Tajikistan: Persecution News Update

The link below is to an article reporting on persecution news from Tajikistan.

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A hostage crisis is unfolding in Sydney, with a possible Islamist militant connection

Originally posted on Quartz:

This is a breaking story. We’ll update this post as new information comes in.

Two men have taken a group of as many as 40 people hostage in a Lindt chocolate shop in Sydney, Australia, and have been holding them for several hours. Several hostages may have escaped.

The shop is in Martin Place, less than a mile from the Sydney Opera House, in Sydney’s financial district. The siege began at about 9:45am Monday local time (10:45pm Sunday GMT). At one point, the hostages were apparently forced to display a black flag with what looks like Arabic script on it:

To follow updates in real time go to:

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The Benny Hinn Miracle Service

The link below is to an article that looks at five disturbing things about a Benny Hinn miracle service.

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The 10 tell-tale signs your boss doesn’t like you


This seems about right in my experience.

Originally posted on Quartz:

This post originally appeared at LinkedIn. Follow the author here

Does your boss really like you? While it’s true that you don’t have to be bosom buddies with your boss in order to do your job, it certainly makes things a lot more difficult if there’s some personal dislike between you and your superiors.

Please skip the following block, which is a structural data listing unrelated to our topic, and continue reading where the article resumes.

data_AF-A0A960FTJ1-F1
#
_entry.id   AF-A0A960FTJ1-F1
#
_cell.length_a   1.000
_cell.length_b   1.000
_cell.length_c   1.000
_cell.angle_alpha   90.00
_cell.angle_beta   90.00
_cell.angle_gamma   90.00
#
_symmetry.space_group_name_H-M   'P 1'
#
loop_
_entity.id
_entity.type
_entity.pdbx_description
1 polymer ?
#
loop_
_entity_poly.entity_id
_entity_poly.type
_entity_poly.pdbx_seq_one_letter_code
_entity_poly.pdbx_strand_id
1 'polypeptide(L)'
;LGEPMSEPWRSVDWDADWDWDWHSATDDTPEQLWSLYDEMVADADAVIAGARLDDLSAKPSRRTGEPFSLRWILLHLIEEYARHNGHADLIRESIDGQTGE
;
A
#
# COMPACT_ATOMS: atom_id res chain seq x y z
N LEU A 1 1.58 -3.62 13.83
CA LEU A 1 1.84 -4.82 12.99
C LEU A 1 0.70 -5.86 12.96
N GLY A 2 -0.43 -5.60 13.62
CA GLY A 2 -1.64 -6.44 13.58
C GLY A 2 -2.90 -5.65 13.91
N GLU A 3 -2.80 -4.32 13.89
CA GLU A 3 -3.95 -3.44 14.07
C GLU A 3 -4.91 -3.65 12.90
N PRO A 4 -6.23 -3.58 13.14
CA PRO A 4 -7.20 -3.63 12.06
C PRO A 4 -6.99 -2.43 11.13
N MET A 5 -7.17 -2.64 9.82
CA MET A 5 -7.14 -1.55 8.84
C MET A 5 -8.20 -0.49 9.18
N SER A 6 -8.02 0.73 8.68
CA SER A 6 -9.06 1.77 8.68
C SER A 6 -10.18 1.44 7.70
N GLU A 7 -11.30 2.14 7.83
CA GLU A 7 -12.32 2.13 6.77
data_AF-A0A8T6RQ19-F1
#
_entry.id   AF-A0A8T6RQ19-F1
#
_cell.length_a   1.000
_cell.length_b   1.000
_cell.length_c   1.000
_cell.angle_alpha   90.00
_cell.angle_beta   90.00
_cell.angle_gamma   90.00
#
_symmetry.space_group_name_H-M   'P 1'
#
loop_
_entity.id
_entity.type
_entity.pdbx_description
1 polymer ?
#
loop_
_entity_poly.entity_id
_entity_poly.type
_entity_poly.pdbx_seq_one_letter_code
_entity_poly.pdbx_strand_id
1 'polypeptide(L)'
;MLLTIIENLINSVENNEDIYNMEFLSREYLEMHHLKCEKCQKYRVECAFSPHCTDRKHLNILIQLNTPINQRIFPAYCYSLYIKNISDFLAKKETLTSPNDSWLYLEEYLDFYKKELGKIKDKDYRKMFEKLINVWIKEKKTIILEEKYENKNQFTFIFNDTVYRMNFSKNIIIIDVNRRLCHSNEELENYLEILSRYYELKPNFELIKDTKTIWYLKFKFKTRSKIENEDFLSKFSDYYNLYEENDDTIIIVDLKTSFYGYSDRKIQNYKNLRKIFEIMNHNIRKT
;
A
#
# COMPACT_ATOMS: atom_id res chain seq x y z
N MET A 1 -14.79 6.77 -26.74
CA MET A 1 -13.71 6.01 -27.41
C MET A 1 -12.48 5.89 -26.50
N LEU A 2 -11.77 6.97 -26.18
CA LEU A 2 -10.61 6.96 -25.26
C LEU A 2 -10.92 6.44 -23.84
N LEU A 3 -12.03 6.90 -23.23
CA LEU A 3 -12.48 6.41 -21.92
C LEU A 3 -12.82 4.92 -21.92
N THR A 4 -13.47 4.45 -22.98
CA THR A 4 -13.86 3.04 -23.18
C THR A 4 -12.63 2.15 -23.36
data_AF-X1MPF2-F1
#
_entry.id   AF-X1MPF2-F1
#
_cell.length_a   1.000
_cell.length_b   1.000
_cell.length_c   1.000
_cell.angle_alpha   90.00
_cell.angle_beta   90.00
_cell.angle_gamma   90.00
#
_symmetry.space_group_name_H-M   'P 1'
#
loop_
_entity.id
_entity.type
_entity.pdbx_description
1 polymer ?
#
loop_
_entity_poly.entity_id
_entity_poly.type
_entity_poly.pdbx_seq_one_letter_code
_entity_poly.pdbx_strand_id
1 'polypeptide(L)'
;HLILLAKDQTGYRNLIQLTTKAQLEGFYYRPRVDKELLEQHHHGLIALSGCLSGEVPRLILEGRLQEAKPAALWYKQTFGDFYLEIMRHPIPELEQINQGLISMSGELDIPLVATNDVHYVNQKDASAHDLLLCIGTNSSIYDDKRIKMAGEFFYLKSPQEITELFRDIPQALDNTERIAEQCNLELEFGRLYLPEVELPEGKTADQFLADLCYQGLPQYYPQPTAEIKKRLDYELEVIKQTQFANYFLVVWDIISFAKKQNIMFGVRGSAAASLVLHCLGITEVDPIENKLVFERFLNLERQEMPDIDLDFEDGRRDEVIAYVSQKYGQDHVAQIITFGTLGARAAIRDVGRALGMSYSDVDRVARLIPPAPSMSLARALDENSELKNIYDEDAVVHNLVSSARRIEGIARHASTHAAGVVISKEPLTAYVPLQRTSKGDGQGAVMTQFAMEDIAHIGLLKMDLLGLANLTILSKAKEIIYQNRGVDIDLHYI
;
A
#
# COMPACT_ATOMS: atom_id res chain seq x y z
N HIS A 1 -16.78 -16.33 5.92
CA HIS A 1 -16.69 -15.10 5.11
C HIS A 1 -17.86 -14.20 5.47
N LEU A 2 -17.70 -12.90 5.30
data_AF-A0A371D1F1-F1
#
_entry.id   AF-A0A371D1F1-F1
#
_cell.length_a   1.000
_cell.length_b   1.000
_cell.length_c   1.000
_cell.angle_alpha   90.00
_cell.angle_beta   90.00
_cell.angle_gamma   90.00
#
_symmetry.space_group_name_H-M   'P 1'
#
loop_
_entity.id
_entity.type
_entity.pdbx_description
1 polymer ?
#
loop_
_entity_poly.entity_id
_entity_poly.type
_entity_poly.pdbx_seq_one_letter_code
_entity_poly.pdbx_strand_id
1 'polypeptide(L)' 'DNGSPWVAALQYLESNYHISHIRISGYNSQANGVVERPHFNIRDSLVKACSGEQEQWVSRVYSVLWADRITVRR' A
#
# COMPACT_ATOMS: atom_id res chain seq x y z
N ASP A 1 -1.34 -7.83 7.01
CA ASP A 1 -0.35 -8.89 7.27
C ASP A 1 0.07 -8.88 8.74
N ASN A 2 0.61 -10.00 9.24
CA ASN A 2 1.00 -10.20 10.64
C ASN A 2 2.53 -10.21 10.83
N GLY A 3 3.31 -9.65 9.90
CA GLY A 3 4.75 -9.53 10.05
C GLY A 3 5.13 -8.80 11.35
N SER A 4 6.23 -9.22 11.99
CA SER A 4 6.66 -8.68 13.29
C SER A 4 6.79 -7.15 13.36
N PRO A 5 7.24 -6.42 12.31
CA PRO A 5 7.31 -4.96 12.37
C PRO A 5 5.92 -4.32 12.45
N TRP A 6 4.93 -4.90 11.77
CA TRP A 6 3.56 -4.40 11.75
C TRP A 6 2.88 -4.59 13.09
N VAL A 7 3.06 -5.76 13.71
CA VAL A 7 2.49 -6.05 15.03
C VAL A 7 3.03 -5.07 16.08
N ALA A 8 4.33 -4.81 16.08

But how can you tell if you’re really disliked, or if you’re just being overly sensitive?

Here are some key signs to look out for that will tell you the answer:

  1. Excludes you from important meetings, discussions, decisions. Either she forgot to invite you (which means you’re forgettable in her eyes) or it was deliberate. Either way, it’s not good.
  2. Micromanages you. If your boss is micromanaging you, it’s because he doesn’t trust you—whether his reasoning is valid or not.
  3. Inaccessibility. The opposite of micromanagement, this can be just as bad if your boss…

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Somalia: Persecution News Update

The link below is to an article reporting on persecution news from Somalia.

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How women are fighting back in India’s most patriarchal state

Originally posted on Quartz:

Being sexually harassed on public transport is unfortunately all too common for women in India, but last week two sisters struck back: they slapped, punched, and beat up three men who were harassing them on a bus in Haryana, and the men were arrested two days later after a video of the incident went viral on social media.

The video shows Aarti Kumar and Pooja Kumar, aged 22 and 19, aboard a government-run bus from Rohtak to their hometown of Sonepat. The driver, conductor, and other passengers were all mute spectators to the assault. The police have announced a cash reward for their bravery, but it’s unclear how that will help prevent future incidents.